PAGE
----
Reverse Complement utility, Bio::Alg, return value problem

Steven E. Brenner
Thu, 7 Aug 1997 13:58:47 -0700 (PDT)

> I would favor returning an object. As Georg states, it is more intuitive 
> and much less awkward from an OO point of view. This way it is always 
> clear when you are dealing with an object or a string:
> $myseq->revcom($beg,$end)->get_seq();
> vs.
> $myseqcopy = $myseq->copy;
> $myseqcopy->inplace(0);
> $myseqcopy->revcom($beg,$end);
> $myseqcopy->inplace(1);
> Ugh!

Good point.  I like it.

> Regarding the issue of methods that modify an existing object, 
> I would argue that such methods should be flagged with a "set" prefix so   
> it is absolutely clear what is being done: 
> $myseq->set_revcom($beg,$end);  
> would change the sequence object into its reverse complement. It could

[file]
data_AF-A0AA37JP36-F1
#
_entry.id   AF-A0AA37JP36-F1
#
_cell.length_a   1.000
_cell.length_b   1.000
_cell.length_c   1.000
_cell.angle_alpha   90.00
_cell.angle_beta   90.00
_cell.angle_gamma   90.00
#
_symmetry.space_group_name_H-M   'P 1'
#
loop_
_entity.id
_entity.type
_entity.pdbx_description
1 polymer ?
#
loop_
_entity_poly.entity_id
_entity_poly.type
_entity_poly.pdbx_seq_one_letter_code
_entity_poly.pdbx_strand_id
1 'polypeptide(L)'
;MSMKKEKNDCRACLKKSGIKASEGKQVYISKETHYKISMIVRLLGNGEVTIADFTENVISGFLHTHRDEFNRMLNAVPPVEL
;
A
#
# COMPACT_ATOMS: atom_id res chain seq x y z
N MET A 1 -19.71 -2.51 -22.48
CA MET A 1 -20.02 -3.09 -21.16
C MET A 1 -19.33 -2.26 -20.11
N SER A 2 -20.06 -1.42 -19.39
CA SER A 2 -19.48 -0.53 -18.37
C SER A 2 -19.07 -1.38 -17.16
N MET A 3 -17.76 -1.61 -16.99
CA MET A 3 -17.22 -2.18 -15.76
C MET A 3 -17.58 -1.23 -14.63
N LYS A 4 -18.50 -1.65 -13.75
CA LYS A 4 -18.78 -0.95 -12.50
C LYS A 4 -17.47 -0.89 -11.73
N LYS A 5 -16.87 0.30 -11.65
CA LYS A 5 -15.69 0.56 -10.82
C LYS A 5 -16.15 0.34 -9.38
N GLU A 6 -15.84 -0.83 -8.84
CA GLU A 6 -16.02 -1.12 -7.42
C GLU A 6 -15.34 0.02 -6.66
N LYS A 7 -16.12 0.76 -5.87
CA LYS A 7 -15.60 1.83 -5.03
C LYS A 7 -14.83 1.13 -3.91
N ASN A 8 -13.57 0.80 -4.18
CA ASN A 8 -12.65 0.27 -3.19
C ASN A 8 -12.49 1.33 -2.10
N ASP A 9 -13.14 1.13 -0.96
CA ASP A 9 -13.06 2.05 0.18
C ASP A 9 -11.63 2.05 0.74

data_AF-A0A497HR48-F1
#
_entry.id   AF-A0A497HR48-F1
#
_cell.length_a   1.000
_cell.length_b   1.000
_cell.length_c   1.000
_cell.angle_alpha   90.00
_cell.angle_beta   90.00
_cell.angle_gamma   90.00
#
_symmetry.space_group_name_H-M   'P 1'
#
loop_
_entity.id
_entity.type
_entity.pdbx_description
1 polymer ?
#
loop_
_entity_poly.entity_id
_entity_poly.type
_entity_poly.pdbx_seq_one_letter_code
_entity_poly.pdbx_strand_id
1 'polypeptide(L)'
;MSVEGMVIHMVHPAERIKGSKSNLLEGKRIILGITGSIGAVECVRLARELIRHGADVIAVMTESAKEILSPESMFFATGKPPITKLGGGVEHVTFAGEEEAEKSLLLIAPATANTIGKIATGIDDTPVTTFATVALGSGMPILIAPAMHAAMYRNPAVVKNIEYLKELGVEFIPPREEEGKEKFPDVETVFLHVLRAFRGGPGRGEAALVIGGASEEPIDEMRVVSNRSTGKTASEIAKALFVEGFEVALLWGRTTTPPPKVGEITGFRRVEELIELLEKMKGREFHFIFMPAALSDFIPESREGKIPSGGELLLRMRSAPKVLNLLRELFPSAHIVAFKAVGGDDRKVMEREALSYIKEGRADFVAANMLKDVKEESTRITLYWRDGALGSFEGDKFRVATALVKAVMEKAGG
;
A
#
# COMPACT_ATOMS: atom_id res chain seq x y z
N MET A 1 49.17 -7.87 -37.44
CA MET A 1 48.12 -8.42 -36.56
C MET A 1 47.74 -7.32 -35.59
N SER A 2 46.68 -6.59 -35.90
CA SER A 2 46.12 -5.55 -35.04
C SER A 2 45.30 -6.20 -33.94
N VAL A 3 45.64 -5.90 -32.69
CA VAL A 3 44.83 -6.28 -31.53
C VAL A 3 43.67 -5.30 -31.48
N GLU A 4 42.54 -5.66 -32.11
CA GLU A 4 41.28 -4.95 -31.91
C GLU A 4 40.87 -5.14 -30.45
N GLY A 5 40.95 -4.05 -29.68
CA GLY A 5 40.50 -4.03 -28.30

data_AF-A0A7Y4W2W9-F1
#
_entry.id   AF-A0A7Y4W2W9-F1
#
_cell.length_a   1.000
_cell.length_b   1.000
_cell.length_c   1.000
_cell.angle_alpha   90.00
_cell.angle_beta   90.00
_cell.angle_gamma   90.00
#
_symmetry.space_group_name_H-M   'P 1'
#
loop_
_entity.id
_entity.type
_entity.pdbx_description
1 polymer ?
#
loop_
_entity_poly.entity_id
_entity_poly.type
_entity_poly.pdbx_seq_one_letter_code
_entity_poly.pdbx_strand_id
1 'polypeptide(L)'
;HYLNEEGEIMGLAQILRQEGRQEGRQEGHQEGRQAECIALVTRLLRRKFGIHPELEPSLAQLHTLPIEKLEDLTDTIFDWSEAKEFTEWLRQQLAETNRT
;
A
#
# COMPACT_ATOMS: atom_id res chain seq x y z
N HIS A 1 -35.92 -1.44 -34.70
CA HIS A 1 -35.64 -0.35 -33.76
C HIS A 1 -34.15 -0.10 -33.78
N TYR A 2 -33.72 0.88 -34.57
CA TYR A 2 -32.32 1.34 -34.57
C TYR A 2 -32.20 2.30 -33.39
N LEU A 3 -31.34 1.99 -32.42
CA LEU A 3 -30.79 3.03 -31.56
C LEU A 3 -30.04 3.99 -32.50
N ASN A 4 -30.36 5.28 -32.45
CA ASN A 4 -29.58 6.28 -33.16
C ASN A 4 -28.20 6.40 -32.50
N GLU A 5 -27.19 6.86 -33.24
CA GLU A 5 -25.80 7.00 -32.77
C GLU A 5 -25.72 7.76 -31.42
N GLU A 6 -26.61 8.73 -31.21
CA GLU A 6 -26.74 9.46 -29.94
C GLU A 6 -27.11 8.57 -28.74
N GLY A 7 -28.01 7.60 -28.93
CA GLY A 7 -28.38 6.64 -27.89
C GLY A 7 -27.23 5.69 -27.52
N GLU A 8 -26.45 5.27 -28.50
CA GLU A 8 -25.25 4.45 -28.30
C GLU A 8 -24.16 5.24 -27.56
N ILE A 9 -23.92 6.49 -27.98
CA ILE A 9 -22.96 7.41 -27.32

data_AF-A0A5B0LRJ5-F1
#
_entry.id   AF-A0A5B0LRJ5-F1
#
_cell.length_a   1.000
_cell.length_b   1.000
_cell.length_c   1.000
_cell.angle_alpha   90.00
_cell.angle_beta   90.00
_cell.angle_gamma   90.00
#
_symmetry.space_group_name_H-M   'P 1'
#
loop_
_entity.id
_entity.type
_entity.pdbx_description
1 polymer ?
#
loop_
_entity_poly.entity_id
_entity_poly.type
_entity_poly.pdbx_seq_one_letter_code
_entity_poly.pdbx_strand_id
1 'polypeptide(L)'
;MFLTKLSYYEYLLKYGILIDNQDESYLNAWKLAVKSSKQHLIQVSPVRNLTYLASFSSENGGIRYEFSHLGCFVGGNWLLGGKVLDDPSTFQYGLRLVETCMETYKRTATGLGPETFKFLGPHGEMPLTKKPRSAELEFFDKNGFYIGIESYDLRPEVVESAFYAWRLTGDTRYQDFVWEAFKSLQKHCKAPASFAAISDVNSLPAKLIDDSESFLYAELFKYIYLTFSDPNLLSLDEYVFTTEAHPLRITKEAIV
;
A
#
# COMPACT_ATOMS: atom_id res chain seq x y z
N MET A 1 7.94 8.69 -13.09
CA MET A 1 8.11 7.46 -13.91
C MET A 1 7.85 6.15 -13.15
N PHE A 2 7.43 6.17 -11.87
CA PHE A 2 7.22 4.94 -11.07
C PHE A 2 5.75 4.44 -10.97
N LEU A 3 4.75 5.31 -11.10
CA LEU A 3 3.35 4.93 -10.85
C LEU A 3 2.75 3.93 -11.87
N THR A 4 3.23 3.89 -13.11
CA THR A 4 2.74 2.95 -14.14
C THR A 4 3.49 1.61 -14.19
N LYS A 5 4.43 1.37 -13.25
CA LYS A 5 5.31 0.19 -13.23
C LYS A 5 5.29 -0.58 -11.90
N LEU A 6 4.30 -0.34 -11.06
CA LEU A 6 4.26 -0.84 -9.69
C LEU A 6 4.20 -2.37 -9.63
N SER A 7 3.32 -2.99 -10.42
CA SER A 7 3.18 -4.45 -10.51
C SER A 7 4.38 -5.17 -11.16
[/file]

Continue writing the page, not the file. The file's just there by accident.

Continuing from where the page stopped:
> also return the altered object, too.
> The advantages I see would be:
> 1) One method call replaces three; set_revcom() would call inplace() for 
>    you. 
> 2) Objects are less likely to be inadvertantly altered (or not altered) 
>    due to a missplaced or incorrect inplace() call. Requiring calls to 
>    inplace(1) and inplace(0) forces the client to do the accounting and 
>    thus can lead to a new class of bugs and maintenance headaches.
> A disadvantage would be having two methods (set_revcom() and revcom()) 
> instead of one, which you would need to have for every accessor. 
> But this is more in line with OO design. The inplace() calls would still 
> be useful when performing complex, multi-step manipulations.  

Another disadvantage is extra typing for the potentially more common

However, again, I agree with you.  I think that this is most likely to do
the right thing in most cases.

Question: do you propose that set_revcom() also return the object ($self),
or should the set_* functions return the modified (or previous,
unmodified)  data?  I can see arguments for all three options.